Saturday, November 12

Ray-Gun Tutorial, part 1

I liked the idea of getting to carry a weapon (since I’m usually pushing the stroller or holding little hands, spending Halloween armed had the draw of novelty) so I decided to make myself a ray gun.

Once again I was inspired by Jen of and her lovely gun made from an old candlestick and an art glass bottle. But she had been too crazy busy to post her tutorial (it’s finally up now), and as she is on a cross country book tour currently I think I’ll forgive her for the delay . . . Even if she isn’t coming out anywhere near me.

So I spent an afternoon browsing a local thrift store and found an interesting brass candlestick which broke down into 3 nice easy pieces. I could not find a colored glass bottle the right size (or a clear one for that matter), but I did have some other odds and ends lying around. I spent a long time looking for an aluminum bottle (or compressed CO2 canister) that fit my $5-or-less budget with no luck, only to run into a heavy PVC water bottle for $2 at my local Target.

It wasn’t perfect, but it would work. I put on a base coat of gray acrylic paint and then used some more of my metallic enamel paint (found in the model car and plane section of most craft stores) to give it the look of brushed metal. Things began to come together.

My original idea had been for a pistol, but as I was rummaging for odds and ends I ran across a metal pipe from a towel rack. Not only would this be a nice way to extend the barrel, it would give me an easier attachment point for the nozzle (inverted candlestick base). The stem of my candlestick was a long plain rod so I grabbed some fender washers and nylon spacers . . .

I was able to thread one washer onto the candlestick between the stem and the base. Then I alternated spacers and larger fender washers (gluing with craft glue as I went) down onto the stem to give a better transition and to give my gun a more retro ‘Buck Rodgers’ ray gun look. I didn’t have any spacers that would fit inside the barrel (and didn’t want to return to Depot to find any), but I did have strapping tape (duct tape would have worked, too). After the glue dried, I wrapped the far end and midpoint of the stem with enough strapping tape so that it would fit snuggly inside the towel bar (this took some trial and error), and glued it inside. I wrapped the seam with another layer of tape to hide it, and painted the tape, spacers and washers until I liked the effect.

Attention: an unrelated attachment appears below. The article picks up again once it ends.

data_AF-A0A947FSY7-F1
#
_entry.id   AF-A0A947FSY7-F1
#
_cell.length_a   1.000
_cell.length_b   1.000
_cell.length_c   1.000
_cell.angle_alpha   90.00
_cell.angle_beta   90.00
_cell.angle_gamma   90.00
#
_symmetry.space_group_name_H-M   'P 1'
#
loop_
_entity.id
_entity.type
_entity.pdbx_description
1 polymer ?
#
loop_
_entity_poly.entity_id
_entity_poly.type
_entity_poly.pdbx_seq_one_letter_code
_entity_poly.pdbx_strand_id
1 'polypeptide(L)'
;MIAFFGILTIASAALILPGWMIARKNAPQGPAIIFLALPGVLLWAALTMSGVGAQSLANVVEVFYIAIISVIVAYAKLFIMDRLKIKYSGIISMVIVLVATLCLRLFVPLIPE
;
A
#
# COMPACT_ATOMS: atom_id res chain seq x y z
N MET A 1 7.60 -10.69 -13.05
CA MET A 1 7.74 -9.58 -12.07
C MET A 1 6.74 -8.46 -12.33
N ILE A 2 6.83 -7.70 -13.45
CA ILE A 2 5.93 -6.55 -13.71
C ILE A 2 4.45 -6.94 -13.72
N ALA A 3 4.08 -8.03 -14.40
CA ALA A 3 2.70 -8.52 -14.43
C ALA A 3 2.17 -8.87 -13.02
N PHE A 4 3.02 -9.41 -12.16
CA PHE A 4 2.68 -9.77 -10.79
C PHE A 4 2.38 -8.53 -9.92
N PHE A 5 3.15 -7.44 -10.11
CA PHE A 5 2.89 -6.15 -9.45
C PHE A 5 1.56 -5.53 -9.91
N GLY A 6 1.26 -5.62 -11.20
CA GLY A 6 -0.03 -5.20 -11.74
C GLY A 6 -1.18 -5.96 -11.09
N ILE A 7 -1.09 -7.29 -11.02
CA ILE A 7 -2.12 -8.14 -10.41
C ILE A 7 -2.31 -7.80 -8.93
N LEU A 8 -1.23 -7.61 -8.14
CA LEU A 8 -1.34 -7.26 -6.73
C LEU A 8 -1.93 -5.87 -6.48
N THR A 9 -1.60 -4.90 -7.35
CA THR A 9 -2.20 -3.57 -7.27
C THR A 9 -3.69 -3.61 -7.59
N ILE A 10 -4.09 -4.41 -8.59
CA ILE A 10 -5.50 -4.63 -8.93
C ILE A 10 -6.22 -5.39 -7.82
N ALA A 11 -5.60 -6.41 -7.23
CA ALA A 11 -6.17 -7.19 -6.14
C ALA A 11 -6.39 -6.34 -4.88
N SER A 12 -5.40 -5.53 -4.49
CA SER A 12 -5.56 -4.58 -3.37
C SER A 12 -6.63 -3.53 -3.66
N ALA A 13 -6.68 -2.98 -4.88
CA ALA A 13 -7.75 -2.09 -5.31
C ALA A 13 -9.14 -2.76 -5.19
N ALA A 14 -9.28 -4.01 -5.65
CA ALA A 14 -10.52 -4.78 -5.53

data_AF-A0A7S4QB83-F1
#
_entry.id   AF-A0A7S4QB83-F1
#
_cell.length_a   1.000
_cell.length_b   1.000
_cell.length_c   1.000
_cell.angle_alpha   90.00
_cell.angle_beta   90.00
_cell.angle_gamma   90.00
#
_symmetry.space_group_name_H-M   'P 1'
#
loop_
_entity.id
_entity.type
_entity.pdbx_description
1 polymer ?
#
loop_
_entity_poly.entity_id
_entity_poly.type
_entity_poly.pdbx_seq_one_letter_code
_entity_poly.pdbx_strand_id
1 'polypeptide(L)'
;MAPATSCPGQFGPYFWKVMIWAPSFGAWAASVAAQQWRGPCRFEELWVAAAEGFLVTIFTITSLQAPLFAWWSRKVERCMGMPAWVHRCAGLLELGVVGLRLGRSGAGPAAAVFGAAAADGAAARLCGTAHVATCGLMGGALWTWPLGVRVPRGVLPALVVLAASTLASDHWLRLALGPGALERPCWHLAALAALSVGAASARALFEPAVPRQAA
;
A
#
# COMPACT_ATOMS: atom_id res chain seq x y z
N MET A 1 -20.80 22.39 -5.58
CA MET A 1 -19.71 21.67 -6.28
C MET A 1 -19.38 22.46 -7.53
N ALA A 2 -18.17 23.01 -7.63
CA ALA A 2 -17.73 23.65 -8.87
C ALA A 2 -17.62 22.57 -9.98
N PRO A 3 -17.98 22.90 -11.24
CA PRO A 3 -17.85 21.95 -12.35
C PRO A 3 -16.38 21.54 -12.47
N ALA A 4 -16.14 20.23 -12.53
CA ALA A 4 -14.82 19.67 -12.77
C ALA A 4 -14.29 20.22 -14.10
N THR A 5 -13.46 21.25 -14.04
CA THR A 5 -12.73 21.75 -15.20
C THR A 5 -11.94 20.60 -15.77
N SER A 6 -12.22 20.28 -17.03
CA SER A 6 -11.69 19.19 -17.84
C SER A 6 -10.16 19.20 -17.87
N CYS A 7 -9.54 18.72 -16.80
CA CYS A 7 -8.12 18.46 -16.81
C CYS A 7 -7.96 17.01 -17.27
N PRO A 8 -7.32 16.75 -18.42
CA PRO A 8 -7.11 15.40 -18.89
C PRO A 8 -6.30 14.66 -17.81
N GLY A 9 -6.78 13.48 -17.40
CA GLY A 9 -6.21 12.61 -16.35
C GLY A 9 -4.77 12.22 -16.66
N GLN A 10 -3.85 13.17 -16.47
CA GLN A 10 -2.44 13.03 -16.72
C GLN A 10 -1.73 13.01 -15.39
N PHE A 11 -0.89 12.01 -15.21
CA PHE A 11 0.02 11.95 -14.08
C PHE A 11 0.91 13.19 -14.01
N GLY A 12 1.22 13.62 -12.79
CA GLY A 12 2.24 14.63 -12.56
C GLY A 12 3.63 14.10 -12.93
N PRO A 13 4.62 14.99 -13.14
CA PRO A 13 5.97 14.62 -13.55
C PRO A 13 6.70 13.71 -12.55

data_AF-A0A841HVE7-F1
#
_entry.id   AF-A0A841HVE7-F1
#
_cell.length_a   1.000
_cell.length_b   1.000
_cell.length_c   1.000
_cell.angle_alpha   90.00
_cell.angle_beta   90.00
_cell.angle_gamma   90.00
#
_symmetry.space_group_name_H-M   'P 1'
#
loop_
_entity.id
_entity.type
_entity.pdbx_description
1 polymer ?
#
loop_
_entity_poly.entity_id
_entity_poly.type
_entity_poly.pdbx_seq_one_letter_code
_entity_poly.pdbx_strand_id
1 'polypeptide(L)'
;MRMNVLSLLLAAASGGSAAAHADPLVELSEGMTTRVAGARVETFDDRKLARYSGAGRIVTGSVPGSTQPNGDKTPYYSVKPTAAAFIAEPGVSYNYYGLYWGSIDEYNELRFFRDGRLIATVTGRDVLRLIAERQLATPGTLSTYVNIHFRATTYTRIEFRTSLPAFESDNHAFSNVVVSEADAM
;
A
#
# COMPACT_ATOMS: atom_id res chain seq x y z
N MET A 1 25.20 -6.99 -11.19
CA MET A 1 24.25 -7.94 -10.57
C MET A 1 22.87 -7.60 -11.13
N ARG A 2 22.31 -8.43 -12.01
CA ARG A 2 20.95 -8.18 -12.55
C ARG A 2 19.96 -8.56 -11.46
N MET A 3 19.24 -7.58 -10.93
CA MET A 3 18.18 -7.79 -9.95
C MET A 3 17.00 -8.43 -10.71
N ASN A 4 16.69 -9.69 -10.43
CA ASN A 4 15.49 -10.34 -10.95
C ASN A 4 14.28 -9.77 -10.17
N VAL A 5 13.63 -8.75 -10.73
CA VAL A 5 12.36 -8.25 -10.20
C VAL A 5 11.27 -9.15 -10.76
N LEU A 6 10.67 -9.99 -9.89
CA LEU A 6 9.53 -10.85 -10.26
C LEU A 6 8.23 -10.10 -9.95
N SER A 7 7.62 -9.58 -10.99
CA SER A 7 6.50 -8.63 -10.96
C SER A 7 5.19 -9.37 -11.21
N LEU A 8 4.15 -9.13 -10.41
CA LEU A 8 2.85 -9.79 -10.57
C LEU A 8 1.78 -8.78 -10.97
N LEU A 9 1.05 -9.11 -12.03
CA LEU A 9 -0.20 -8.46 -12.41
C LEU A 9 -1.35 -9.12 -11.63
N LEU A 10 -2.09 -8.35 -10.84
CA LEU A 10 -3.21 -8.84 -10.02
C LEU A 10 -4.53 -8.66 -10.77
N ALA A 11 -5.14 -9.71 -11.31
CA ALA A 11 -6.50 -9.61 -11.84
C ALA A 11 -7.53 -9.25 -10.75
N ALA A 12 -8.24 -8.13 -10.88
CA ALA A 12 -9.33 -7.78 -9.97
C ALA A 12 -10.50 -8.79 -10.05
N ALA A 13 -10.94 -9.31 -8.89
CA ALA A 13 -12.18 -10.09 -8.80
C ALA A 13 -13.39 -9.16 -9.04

But what, you ask, about the other end of the barrel? After playing around with some different odds and ends I decided to use it to attach the obligatory coiled wires from the end of the tank (PVC bottle). To do this, I got a plastic pipe cap

And used a nail heated over a gas burner to melt a hole big enough to put the end of the wires through. I bent the ends in place and hot glued them into the inside of the plug, and put a thin coat of craft glue on the top and slightly up the wires to give it the look (once I painted it silver) of a soldered joint. I hot glued the other end of the wires into the top portion of my candlestick (where the stem would have connected) and glued the cap from my bottle into the other side (where the candle would normally sit). I wasn’t thrilled about the flat bottom of the bottle but as I had just swapped out an old light fixture, I had the attachment pieces to rummage through. I was able to snag a threaded rod (added for looks latter) as well as the bottom cap and little ball finial all in an old weathered brass. Some wood craft discs, glue and silver paint later and my bottle had become a respectable ray gun tank.

More to come . . . .

Next time: Part 2 of my Ray-Gun tutorial,

and coming soon my very first give away!

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